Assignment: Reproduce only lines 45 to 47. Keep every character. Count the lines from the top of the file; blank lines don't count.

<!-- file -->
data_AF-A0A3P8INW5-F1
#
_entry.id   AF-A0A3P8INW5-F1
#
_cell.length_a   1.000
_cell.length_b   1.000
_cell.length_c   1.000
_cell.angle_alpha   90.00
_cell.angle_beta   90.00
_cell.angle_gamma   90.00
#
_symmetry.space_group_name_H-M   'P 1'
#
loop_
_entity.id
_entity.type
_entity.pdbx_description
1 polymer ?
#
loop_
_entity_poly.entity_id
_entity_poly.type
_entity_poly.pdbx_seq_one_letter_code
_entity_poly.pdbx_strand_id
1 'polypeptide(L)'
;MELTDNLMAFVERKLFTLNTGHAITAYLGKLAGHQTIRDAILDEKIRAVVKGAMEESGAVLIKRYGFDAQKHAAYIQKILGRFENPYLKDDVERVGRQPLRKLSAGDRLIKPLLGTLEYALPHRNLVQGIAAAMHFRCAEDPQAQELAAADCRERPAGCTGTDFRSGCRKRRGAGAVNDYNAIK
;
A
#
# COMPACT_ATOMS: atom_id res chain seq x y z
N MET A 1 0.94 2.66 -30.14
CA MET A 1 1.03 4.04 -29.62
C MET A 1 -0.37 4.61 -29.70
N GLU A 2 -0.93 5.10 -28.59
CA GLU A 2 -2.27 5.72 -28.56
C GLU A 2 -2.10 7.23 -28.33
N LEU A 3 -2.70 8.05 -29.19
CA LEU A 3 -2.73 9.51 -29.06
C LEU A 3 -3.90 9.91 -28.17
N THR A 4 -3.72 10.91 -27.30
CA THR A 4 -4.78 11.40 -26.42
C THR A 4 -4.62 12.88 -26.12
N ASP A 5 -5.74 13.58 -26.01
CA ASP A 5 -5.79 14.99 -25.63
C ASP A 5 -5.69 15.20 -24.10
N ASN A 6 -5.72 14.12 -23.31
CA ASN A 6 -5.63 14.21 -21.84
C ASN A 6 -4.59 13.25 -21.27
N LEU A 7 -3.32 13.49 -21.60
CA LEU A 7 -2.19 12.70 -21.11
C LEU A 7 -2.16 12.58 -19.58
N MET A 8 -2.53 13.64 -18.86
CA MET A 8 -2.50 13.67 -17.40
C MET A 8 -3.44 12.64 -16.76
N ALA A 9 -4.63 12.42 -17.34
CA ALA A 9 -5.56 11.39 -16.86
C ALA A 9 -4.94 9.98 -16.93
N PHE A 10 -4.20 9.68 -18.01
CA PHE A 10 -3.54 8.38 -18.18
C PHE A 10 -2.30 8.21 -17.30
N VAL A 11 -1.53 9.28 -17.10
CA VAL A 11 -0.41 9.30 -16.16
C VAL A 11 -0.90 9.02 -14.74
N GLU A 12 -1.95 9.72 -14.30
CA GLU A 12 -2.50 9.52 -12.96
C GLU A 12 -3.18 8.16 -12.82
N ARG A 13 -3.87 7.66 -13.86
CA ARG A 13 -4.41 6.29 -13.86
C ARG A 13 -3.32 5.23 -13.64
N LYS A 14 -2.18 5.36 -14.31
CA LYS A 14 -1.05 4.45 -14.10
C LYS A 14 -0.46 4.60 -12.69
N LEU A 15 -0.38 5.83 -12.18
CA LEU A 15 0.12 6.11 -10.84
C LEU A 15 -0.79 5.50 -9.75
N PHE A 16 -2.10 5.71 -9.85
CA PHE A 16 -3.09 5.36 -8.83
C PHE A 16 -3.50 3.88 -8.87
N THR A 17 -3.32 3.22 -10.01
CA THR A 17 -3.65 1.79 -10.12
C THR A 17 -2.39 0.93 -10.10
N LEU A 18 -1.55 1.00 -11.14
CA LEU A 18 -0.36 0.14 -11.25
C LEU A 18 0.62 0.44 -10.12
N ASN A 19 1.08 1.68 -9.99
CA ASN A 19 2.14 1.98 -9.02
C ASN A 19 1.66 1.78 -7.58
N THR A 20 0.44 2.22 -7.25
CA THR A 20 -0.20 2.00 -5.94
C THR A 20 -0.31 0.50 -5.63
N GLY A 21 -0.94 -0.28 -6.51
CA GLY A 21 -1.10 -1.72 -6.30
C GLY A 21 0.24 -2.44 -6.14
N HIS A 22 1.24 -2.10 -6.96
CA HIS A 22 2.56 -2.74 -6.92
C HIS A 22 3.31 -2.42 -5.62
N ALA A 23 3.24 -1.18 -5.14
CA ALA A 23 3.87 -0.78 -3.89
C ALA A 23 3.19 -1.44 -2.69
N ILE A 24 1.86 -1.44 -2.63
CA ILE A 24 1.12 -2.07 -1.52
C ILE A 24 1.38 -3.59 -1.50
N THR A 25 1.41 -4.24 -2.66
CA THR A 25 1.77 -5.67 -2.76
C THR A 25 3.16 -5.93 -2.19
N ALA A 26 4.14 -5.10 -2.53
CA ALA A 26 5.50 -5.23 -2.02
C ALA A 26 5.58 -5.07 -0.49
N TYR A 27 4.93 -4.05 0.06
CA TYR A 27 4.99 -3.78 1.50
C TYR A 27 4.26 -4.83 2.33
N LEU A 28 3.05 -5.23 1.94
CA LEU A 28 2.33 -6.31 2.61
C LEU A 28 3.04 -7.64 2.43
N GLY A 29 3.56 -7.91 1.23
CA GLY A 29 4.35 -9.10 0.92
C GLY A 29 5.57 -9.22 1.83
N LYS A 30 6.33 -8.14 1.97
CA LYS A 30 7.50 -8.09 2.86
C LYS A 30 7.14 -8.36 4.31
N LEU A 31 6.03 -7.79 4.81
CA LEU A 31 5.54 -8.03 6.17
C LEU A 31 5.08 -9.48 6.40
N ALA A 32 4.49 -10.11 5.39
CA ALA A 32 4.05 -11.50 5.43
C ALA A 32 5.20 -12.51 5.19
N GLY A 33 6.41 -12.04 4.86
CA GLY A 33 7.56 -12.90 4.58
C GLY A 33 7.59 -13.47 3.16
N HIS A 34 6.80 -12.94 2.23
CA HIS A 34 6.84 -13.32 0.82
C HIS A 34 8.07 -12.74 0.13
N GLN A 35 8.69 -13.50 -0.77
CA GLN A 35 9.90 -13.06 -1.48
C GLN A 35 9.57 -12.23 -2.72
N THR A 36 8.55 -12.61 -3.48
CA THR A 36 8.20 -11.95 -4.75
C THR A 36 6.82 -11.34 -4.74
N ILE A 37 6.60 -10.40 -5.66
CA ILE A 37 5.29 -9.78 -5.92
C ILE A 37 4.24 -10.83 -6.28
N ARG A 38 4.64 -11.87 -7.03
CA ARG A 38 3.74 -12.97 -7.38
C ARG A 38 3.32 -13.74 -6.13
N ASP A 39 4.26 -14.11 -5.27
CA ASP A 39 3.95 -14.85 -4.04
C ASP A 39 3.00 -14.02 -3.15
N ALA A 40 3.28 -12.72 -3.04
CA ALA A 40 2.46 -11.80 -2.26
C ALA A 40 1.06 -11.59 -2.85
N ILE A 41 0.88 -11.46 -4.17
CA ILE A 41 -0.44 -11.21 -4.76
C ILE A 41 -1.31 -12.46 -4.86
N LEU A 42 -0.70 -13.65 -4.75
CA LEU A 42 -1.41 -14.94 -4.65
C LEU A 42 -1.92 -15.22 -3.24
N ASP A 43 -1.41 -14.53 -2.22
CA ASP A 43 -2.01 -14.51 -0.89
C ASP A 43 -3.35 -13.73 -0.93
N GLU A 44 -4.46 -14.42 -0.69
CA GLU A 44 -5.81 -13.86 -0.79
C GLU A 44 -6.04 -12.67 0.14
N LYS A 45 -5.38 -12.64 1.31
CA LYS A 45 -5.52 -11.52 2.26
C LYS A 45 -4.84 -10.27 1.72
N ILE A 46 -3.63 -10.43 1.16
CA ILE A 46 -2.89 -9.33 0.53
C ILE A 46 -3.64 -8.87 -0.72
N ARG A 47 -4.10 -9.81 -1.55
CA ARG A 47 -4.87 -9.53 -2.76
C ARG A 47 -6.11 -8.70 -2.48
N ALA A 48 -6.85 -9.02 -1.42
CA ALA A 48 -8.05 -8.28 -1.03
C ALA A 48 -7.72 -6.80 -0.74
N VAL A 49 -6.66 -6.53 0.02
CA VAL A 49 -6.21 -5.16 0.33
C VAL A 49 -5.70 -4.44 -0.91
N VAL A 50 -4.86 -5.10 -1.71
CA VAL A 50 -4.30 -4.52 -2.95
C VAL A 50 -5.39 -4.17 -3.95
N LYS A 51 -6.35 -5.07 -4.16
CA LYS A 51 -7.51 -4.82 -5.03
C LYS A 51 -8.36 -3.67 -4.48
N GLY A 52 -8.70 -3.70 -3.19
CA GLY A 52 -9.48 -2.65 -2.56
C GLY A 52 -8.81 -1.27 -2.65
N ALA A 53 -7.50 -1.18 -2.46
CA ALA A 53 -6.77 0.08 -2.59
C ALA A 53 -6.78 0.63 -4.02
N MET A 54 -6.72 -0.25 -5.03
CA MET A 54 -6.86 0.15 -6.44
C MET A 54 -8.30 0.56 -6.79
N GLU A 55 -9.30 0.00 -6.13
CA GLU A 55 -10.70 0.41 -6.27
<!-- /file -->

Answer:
C ASP A 5 -5.69 15.20 -24.10
N ASN A 6 -5.72 14.12 -23.31
CA ASN A 6 -5.63 14.21 -21.84